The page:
Member Feature: Aviation Specialties Unlimited



Aviation Specialties Unlimited (ASU) has reached new heights with their cutting-edge new product in night vision solutions for aviators, the Element 3 (E3) lightweight night vision goggle (NVG). Voted IMA’s ‘Coolest Thing Made in Idaho’ 2023 winner, it is the culmination of six years of development to make a better NVG using feedback from the aviation community. “We had to get it right,” said President and Chief Technology Officer, Dr. Joseph Estrera, “because lives depend on it.”

Founded in 1995 by Mike and Chris Atwood with a vision to protect the lives of aviator first responders with a tool that would make their night missions safer, ASU puts safety and saving lives as their number one priority. Mike was a helicopter pilot and senior trainer in the U.S. Army. He taught other military pilots how to use night vision goggles and saw a strong need for their use outside of the military.

But first, Mike Atwood had a steep hill to climb. The FAA required NVG technology to be flown safely in the civil aviation space. “And in the beginning, no one in the FAA believed that this was a safe technology period,” explained Dr. Joe. Mike persevered and in 1999 he assisted, advocated, and heavily participated in the FAA/RCTA Special Committee-196 (SC-196) to develop the first guidelines for minimum operational requirements for NVGs. In 2001, this committee created the present-day Night Vision Image System (NVIS) FAA guidelines in DO-275. This subsequently began the FAA’s process to recognize and approve the unrestricted use of night vision goggles for first responders and law enforcement.

Today, night vision technology is a given on all first responder and law enforcement night missions. Crashes and fatalities that used to be more common before 1999 in civilian aviation night operations, are now rare. “Mike and I analyzed it last year and he’s basically responsible for 4.2 million safer flights since 2000 thanks to his effort, “ said Dr. Joe proudly.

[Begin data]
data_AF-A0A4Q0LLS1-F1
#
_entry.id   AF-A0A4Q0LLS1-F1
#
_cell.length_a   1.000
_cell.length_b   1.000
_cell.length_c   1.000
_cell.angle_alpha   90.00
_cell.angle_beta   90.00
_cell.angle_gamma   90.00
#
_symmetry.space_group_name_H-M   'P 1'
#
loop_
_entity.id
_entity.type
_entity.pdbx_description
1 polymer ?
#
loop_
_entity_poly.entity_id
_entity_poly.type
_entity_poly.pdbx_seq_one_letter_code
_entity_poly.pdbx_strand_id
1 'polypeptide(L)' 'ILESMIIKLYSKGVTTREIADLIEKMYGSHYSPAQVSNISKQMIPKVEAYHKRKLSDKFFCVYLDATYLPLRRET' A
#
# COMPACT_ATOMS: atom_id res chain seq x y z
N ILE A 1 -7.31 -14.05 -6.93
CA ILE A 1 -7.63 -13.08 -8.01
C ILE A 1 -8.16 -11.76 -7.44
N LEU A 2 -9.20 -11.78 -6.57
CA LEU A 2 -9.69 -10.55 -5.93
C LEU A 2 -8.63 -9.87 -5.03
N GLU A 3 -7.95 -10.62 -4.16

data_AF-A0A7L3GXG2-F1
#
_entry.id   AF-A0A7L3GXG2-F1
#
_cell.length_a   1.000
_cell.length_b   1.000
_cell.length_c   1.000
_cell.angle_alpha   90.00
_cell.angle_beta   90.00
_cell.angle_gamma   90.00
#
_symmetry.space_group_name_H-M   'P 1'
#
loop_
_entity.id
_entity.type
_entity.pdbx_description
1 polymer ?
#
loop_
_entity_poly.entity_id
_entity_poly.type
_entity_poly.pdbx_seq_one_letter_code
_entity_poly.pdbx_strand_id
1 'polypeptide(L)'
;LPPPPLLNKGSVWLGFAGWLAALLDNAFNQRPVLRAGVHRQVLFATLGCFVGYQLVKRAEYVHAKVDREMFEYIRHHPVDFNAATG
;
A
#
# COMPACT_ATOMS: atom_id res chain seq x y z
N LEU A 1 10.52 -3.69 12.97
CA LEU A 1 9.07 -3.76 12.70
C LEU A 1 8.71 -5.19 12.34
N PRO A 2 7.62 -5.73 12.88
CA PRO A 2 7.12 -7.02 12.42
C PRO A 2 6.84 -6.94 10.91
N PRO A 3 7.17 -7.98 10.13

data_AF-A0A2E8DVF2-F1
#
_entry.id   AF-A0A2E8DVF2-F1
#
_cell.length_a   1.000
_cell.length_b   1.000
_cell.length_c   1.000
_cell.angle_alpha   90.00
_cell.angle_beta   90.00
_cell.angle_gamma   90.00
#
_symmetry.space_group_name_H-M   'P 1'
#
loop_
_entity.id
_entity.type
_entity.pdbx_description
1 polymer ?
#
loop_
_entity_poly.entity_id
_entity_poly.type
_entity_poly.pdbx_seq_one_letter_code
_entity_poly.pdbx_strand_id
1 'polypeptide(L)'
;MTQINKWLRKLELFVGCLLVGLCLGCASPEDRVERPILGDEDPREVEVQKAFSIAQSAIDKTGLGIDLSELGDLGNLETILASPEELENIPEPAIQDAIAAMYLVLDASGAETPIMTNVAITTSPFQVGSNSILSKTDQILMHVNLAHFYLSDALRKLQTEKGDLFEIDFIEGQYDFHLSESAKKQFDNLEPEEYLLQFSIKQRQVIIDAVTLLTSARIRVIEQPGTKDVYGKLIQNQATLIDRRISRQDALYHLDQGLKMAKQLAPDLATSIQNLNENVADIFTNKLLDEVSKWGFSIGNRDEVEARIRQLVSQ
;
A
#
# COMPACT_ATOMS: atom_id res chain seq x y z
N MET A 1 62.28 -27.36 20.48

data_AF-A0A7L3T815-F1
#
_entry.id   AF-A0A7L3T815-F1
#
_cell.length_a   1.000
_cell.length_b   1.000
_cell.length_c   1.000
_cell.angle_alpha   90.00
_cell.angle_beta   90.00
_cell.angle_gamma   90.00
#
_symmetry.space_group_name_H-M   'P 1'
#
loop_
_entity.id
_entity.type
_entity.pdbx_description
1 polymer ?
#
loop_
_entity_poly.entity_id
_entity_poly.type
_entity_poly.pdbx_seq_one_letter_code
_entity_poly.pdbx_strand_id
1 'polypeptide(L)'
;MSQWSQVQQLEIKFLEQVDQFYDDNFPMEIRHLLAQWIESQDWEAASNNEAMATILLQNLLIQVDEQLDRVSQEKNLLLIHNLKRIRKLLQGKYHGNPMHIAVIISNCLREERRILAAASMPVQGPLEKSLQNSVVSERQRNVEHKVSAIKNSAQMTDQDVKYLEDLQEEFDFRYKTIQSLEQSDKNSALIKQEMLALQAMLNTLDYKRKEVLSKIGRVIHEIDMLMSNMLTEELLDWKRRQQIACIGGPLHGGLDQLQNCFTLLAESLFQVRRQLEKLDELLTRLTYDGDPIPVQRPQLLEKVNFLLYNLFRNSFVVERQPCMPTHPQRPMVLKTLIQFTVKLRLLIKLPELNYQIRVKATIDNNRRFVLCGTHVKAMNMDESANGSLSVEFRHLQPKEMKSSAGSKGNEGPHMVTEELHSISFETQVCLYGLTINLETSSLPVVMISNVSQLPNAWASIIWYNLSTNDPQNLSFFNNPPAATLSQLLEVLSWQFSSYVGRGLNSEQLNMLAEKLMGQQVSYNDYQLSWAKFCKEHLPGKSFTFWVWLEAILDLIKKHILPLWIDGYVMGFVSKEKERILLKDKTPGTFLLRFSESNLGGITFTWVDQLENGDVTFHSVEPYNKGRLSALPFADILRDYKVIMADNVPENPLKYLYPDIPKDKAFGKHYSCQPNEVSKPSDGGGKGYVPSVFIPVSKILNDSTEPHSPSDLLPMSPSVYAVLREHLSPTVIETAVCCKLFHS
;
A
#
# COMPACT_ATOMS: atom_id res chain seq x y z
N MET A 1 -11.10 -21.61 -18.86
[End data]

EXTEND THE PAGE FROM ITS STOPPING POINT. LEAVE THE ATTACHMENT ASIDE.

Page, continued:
With the E3 night vision goggle, ASU has packed four decades of pent-up innovation into one product.  “The present night vision goggle technology hasn’t been improved upon for over 40 years,” explained Dr. Joe. The E3 is cool because it has the highest electro optical performance available – the best image intensifiers operating in the lowest light levels with the highest resolution and acuity. It looks cool because it’s sleeker and more streamlined.

But the coolest thing about the E3 night vision google is its all-metal patented design. Made out of titanium and aluminum, it’s not only electromagnetic interference (EMI) resistant and environmentally rugged, it solves a huge human factors issue. “We engineered the E3 to be 30% lighter than the existing technology,” said Dr. Joe, “because how can you be cool if your neck is injured from regular repetitive motion carrying all that extra weight?”

A 2010 study by the U.S. Army had revealed that the biggest issue with night vision goggles is neck injuries due to the weight of the goggle. “A couple of years ago when we built the first prototype goggles with this technology, we gave eight of them to U.S. military to test and they wouldn’t give them back,” laughed Dr. Joe. It’s that sort of dedication to solving your customer’s problems that helped them win ‘The Coolest Thing Made in Idaho.’

Vicque Ebentheuer, ASU Marketing Manager, used social media and email to ask their fans and followers to vote and help spread the word to others. “I think that once people knew that we were nominated, the pilots with neck damage were so grateful they probably voted like crazy to support us,” said Dr. Joe. ASU was humbled by the win considering the impressive products they were competing against.

Long-time IMA members, they credit their IMA membership with helping them win ‘The Coolest Thing Made in Idaho.’  From helping ASU get the E3 development going to helping with their ISO 9001 certification, the tools that the IMA offers members have been significant to ASU’s success with the E3. They’ve helped us immensely,” exclaimed Dr. Joe, “We can’t thank them enough for their help.”